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Entranced by the Hands Blown Down

com você
minha vida é um abacaxi
abacaxi, abacaxi, abacaxi
então
no cálice, cálice, cálice
azul e verde comigo

sem você
minha vida é uma enxaqueca
enxaqueca, enxaqueca, enxaqueca
então
no sertão no verão
azul e verde
verdade, verdade, verdade

em você
minha vida é uma fantasma
acanhado, acanhado, acanhado
então
no coração, coração, coração
azul e verde conosco
nosso cálice, cálice, cálice

Those Eyes, That Mouth

I fell in love with Elizabeth Fraser in college. If you don’t know her, she was the singer and lyricist for the Cocteau Twins, one of the more well-known bands to come from the indie 4ad label in the UK (although maybe not as well-known as the Pixies, but that’s neither here nor there), their music known mostly for shimmering, layered guitars and songs with arcane titles and even more arcane lyrics, sung with beautiful, soaring, rolling vocals. They’re responsible for the most beautiful song I’ve ever heard in my life: (Continued)

You Kissed Honey

in tow
listen to me
if you can
without weather
no chill
winds without below

give unto me
you see
without window
through your soul
fallen in snow

catch after me
no freeze
pips low
in tow
softens the blow

An Uncanny Saga

My entry into the corner of the Marvel Comics universe where the mutants hung out came from two different directions at once. On the newsstands, I started picking up the latest issues of The X-Men and was immediately drawn to the crisp, bold artwork of John Byrne and Terry Austin. The Marvel style of comics was to have every issue of a comic end with at least a little story left dangling to lead in to the next issue, more so than DC or any other comics company at the time, and X-Men writer Chris Claremont was one of the best at this, with several storylines weaving in and out of each other in every issue, some storylines running for months, some running for years, and some never getting resolved. Basically, there wasn’t a solid entry point to The X-Men, you just had to jump in and do your best to figure out who the various characters were and what they were up to. But it was colorful, dynamic, and a little bit weirder than most other superhero team comics at the time, so I was happy. (Continued)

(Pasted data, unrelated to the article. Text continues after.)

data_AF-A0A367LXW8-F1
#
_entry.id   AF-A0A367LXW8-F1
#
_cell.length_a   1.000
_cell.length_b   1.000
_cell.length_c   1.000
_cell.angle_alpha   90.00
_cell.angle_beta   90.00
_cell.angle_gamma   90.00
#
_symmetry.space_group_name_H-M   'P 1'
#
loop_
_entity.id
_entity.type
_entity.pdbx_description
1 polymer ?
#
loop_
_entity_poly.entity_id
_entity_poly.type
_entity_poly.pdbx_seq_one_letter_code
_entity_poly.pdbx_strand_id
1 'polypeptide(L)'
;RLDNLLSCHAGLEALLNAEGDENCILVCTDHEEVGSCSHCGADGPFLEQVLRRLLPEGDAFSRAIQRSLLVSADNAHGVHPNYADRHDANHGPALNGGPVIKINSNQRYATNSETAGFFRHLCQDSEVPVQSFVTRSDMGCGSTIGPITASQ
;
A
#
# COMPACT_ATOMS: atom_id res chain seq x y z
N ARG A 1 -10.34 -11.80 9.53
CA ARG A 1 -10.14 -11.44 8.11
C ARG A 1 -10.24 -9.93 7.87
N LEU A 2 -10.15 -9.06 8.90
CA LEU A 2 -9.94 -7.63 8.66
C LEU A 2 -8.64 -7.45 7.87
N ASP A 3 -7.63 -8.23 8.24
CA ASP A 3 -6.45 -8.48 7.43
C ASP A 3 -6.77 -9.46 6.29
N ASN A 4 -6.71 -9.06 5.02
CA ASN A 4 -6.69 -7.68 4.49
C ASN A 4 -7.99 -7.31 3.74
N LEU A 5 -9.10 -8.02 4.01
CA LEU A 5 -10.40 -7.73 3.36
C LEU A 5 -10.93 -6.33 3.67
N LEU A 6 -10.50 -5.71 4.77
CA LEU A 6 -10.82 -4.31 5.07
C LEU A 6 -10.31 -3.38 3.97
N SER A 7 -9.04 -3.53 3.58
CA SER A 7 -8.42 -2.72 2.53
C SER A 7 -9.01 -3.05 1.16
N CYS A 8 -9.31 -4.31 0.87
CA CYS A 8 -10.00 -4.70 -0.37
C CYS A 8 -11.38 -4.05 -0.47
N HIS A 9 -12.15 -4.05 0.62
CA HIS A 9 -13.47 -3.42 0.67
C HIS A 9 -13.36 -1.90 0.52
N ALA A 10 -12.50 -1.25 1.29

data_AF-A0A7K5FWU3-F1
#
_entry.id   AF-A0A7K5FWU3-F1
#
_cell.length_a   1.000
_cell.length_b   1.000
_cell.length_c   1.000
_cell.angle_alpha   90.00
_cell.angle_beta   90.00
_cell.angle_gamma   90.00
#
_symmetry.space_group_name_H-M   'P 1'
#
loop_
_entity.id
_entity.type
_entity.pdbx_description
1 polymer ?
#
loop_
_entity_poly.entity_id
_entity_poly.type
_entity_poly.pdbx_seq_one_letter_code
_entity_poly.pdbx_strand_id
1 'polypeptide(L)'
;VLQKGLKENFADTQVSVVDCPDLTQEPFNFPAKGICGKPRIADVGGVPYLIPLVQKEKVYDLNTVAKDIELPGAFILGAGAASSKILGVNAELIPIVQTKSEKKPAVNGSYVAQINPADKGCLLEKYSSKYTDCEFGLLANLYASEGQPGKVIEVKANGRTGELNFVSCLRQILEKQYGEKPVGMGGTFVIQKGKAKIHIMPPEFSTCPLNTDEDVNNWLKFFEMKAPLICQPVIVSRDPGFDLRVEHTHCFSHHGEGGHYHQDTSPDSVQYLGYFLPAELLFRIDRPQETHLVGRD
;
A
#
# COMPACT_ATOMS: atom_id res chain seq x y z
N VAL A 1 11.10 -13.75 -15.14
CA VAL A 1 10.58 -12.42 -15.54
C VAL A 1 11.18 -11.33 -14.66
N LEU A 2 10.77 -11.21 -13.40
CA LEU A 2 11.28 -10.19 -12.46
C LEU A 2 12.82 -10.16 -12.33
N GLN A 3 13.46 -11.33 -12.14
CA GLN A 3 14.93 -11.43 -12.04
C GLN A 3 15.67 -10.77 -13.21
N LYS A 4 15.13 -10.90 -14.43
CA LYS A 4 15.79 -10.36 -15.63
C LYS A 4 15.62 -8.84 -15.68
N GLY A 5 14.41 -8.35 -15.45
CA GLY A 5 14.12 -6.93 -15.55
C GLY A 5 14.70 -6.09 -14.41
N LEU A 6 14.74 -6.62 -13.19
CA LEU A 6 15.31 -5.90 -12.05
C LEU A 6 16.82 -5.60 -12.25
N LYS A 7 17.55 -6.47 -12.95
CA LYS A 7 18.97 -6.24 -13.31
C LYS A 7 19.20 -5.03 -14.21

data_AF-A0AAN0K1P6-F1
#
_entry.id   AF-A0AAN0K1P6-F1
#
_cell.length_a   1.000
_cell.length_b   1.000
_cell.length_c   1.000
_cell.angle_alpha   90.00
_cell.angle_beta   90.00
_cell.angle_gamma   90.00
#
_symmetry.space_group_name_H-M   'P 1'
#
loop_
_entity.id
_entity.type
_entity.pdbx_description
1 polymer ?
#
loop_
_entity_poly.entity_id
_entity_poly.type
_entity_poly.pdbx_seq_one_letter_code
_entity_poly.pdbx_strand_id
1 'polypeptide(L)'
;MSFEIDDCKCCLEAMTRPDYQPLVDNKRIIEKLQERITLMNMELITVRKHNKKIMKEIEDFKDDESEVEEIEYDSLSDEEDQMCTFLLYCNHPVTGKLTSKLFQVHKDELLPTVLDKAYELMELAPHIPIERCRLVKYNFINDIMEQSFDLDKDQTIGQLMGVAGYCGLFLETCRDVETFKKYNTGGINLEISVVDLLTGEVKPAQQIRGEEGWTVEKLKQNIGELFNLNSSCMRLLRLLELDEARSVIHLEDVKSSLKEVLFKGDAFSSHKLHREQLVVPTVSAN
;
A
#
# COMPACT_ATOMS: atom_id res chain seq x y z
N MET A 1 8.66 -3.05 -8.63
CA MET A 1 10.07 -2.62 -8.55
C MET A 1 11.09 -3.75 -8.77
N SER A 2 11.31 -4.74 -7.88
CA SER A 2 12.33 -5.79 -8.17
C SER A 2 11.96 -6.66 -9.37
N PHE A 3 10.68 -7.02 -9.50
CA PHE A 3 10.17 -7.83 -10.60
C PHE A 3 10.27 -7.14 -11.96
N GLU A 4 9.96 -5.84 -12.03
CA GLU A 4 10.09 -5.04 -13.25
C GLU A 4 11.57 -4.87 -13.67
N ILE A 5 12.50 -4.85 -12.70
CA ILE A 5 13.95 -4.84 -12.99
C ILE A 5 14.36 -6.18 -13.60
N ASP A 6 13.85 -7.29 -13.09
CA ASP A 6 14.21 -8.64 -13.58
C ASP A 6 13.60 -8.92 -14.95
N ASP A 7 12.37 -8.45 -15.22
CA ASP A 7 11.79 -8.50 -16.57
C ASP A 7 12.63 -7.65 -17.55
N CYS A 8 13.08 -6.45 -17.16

Technology Is Your Frenemy

A little over a week ago, I woke up feeling well-rested and eager to meet the day, only to get smacked with a heavy dose of anxiety as soon as I thought about checking Facebook and Twitter, my two main social websites. The thought of reading comments on my Facebook posts–which are all friends-only, so the only comments come from people I know and trust–and reading replies on Twitter–which can come from anyone, since my account is public–as well as seeing what other people were posting, it all filled me with anxious dread. So I made a snap decision and posted on both sites that I was taking an indefinite hiatus, possibly never to return, but possibly coming back at some point, and gave contact info if people wanted to get a hold of me and keep in touch. (I also decided to keep posting to Instagram and Snapchat, since those sites take very little energy and give me zero anxiety.) I also continued to post daily on both of my blogs (this one and the other one) and invited people to comment on my posts.

Here’s how my hiatus has gone: (Continued)